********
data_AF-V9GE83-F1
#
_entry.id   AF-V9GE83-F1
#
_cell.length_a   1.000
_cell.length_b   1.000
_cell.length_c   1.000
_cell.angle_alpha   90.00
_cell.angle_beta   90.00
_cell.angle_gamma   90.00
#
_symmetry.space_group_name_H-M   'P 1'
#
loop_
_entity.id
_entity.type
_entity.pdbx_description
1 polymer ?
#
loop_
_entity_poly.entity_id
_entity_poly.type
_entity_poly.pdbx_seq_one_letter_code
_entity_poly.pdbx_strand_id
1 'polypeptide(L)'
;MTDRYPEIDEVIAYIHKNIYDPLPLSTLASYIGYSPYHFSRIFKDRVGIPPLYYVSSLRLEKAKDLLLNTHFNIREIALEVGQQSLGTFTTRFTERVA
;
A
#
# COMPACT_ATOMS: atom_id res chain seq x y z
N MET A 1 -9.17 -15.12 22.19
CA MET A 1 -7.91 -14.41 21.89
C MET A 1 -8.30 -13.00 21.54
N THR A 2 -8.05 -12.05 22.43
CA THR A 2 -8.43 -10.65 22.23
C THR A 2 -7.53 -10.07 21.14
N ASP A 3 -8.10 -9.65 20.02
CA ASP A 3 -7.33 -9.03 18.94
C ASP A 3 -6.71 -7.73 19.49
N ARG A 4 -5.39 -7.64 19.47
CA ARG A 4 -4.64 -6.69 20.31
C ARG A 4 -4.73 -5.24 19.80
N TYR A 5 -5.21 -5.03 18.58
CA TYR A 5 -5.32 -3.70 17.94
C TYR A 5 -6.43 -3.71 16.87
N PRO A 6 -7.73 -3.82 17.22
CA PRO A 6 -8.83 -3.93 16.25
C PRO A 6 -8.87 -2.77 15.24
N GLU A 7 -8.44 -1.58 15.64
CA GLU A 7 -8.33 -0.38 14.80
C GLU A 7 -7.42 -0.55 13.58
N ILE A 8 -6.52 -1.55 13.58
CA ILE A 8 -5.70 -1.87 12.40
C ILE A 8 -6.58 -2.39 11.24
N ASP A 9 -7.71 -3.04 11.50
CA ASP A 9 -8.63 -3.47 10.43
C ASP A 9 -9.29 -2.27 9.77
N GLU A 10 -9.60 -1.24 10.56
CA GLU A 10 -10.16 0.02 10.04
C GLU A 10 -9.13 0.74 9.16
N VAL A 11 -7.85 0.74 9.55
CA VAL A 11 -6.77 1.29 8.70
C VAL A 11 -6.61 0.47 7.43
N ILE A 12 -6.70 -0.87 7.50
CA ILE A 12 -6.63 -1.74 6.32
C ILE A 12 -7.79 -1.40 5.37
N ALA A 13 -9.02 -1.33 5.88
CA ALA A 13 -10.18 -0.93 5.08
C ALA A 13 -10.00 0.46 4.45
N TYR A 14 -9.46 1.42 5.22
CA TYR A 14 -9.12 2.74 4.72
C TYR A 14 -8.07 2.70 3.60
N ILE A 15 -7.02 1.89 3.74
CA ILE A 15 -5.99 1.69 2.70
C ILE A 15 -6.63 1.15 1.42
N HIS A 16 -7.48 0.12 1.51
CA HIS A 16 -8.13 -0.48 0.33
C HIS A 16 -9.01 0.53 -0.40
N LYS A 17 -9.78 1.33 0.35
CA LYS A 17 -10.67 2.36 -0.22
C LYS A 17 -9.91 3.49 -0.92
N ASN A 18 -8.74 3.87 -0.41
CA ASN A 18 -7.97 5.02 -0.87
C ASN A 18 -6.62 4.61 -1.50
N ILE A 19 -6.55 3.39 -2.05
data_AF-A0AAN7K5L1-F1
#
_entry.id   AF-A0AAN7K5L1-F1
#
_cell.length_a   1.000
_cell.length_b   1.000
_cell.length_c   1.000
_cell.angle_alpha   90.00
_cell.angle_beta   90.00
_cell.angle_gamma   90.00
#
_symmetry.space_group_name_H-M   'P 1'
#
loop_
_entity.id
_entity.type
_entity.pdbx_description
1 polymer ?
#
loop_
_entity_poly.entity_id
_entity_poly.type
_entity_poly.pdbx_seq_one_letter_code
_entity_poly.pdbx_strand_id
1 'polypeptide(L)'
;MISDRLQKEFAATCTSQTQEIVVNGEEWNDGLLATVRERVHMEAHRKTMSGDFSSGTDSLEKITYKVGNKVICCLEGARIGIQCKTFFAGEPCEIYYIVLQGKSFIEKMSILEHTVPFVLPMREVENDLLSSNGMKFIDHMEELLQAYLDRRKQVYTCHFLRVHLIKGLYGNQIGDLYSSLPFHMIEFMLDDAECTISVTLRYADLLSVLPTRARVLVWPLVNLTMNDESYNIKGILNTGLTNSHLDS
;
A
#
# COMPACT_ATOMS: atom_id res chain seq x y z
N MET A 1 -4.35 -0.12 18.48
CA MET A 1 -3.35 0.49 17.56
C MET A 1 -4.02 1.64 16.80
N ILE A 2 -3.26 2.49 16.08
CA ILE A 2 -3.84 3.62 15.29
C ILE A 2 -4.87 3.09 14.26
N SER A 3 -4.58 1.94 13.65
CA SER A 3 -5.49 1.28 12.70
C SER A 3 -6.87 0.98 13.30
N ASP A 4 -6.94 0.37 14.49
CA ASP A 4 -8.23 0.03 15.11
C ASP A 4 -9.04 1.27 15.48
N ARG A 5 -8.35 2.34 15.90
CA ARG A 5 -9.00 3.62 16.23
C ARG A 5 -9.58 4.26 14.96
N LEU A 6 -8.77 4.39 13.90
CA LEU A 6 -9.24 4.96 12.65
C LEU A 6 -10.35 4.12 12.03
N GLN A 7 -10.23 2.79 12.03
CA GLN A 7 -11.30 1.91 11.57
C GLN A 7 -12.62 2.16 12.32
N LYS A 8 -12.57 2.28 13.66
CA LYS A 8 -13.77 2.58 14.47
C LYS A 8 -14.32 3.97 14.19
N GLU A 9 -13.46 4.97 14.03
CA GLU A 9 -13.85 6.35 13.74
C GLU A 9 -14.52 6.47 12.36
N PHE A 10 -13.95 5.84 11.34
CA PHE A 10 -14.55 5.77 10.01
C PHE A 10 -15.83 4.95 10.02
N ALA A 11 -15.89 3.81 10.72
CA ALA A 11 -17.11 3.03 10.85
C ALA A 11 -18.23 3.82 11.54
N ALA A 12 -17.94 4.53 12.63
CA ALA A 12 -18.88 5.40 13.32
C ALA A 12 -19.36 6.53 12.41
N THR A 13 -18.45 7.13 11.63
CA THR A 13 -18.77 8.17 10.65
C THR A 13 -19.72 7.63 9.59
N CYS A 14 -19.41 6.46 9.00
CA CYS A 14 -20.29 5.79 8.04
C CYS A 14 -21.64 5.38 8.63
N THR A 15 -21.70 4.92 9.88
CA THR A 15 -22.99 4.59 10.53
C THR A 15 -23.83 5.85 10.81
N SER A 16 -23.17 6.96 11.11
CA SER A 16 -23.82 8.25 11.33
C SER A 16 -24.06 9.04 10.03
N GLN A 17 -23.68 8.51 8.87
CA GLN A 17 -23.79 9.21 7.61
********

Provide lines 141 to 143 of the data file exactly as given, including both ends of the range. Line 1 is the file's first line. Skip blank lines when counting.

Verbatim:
CA GLU A 9 -13.85 6.35 13.74
C GLU A 9 -14.52 6.47 12.36
N PHE A 10 -13.95 5.84 11.34